Don’t jump between bits, finish the bit you are busy with then go onto the next one (Breaking the talk up into bits, and sticking too them, makes it easier to memorizethe talk too by the way)

Arrange your bits so they make sense, but keep the punchline hidden. A good presentation is like telling a joke, you don’t want to give it all away too soon.

​Arrange the bits like a story for example, introduce the characters, create a conflict, struggle to resolve, reach the climax, and then feather out the resolution.

3. Tell the story 
The importance of storytelling in public speaking

Presentations and talks without stories are boring. End of story.

Stories are what makes up human beings, our brains are wired to understand stories better than anything else. Bullet points are called bullet points for a reason, you are murdering your audience, rather tell a story.

Think of two or three stories, in a 40 minute talk that should be more than enough, to tell to illustrate your ONE THING, personal stories are great because they are authentic and famous movie plot lines work well too simply because people know them well and they are enshrined into our collective consciousness.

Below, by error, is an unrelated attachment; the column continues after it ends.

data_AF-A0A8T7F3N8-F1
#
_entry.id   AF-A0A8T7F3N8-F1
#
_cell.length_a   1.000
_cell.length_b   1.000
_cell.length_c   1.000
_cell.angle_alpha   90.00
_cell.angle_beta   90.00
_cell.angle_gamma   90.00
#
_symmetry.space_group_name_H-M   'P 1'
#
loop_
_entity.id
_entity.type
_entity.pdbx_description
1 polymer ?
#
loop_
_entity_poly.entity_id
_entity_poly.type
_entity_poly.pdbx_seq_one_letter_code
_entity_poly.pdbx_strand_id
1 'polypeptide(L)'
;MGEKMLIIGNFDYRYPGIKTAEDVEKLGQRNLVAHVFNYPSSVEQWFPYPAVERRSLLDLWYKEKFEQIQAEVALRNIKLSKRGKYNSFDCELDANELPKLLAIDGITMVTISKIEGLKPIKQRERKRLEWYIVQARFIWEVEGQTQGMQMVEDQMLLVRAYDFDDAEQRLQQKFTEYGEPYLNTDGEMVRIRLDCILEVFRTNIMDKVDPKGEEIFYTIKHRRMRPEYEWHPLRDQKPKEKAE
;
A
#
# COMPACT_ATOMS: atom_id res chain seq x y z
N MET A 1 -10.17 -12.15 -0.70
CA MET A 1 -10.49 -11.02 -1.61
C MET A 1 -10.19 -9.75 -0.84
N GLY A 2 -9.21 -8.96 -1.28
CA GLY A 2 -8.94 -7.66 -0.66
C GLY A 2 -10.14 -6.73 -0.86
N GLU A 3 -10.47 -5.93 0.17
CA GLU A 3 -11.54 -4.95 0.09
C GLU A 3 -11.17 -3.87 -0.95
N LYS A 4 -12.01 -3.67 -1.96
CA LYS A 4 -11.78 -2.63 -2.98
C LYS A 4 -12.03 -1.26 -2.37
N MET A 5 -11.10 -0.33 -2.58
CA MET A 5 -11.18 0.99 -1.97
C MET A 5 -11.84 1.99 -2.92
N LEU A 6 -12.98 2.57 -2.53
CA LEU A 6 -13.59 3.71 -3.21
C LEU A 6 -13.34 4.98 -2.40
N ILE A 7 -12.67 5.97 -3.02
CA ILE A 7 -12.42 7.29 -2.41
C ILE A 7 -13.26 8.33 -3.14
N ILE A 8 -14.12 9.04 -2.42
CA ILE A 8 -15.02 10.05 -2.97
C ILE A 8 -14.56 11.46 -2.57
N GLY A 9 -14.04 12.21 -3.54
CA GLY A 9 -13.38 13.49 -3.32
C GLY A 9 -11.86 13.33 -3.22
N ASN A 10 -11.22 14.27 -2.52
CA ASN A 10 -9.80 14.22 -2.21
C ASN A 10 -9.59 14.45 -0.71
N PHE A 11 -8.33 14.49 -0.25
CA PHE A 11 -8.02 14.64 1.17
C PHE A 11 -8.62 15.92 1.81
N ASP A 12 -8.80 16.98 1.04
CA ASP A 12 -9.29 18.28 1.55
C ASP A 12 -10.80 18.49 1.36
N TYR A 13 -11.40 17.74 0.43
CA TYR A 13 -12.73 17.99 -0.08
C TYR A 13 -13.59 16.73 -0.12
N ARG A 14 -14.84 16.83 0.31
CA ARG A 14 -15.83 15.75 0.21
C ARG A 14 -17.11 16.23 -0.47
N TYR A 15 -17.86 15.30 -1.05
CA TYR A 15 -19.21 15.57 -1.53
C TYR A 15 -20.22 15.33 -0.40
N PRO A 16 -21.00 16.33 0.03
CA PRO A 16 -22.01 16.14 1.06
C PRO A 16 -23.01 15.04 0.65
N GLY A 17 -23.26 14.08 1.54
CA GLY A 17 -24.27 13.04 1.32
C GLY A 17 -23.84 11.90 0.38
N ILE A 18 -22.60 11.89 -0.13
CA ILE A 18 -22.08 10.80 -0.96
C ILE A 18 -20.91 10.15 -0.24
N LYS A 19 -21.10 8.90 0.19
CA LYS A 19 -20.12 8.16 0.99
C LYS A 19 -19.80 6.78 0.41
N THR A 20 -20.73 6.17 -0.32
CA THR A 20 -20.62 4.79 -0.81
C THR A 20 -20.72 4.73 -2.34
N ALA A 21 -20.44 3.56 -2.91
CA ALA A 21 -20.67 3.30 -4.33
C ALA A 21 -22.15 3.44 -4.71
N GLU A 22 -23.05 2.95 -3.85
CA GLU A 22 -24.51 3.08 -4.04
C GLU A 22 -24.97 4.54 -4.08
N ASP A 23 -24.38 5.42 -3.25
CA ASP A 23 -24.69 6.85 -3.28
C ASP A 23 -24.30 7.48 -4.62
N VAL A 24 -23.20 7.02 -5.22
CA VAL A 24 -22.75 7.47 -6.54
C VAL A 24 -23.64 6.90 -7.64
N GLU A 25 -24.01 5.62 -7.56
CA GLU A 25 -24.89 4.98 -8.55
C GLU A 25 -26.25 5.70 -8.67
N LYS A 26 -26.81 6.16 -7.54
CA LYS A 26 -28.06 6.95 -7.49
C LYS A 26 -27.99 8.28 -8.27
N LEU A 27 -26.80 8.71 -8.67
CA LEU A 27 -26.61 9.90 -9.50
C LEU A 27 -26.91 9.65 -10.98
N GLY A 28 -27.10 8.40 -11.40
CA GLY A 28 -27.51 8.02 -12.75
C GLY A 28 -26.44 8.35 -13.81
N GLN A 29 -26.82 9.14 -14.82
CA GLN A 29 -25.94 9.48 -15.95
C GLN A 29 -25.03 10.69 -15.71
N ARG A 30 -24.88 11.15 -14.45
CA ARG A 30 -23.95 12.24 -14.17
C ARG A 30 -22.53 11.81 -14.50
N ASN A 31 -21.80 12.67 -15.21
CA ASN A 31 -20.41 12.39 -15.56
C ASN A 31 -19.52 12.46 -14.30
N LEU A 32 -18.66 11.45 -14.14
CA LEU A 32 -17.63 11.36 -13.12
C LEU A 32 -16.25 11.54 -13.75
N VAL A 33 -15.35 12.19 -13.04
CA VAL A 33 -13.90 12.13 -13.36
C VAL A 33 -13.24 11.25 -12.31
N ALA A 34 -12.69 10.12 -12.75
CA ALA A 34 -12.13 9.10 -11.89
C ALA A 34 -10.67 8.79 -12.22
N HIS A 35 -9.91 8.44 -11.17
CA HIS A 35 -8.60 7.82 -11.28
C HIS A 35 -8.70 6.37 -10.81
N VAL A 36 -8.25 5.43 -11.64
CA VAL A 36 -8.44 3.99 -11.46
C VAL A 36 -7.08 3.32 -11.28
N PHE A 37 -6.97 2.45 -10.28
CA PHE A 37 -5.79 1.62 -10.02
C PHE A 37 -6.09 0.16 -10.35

​Whatever you do, do not memorize the story, just tell it like you would tell a friend or family member, over rehearsed talks and especially over rehearsed stories are terrible and come across as fake.

4. Images are Gold
The Power of PowerPoint

 

There is a saying, the best slideshow or PowerPoint is no slideshow at all. However, if you must show slides, they do help with keeping track, use emotive images.

Stay away from text as far as possible, this is the most important things, slides filled with your notes, and you reading of them makes you look unprepared and lazy, plus it’s super boring to listen too.

Build your talk first, then look for images, not the other way around. Spend time looking for images that stir emotion, and as much emotion as possible without offending (too much).

If you must use words, keep it simple, 5 words across and 5 words down is a good rule, thus no more than 25 words on a slide, and they should pack a punch.

​Again, NO BULLET POINTS.


5. Breathe
how to deal with nervousness before a speech

Here is a simple breathing exercise that will help you focus and keep calm before your presentation.

Imagine a square, breath in for four seconds, going up the one side of the square, then hold your breath for four seconds, going along the top of the square. Then going down the other side of the square exhale for four seconds, and finally tracing the bottom of the square, keep your lungs empty for four seconds. Keep on going around the square for a few minutes, breathing from your stomach and not your shoulders. You should feel much calmer almost instantly.
 
​So there you go, five easy things to help you craft a killer talk next time, even if it is for that cousin whose name you keep forgetting, the rest of the people will love it.
​​
By Pierre du Plessis, trend analyst and popular public speaker.

Pictures from Stokpic
Sanele Xaba by Justin Dingwall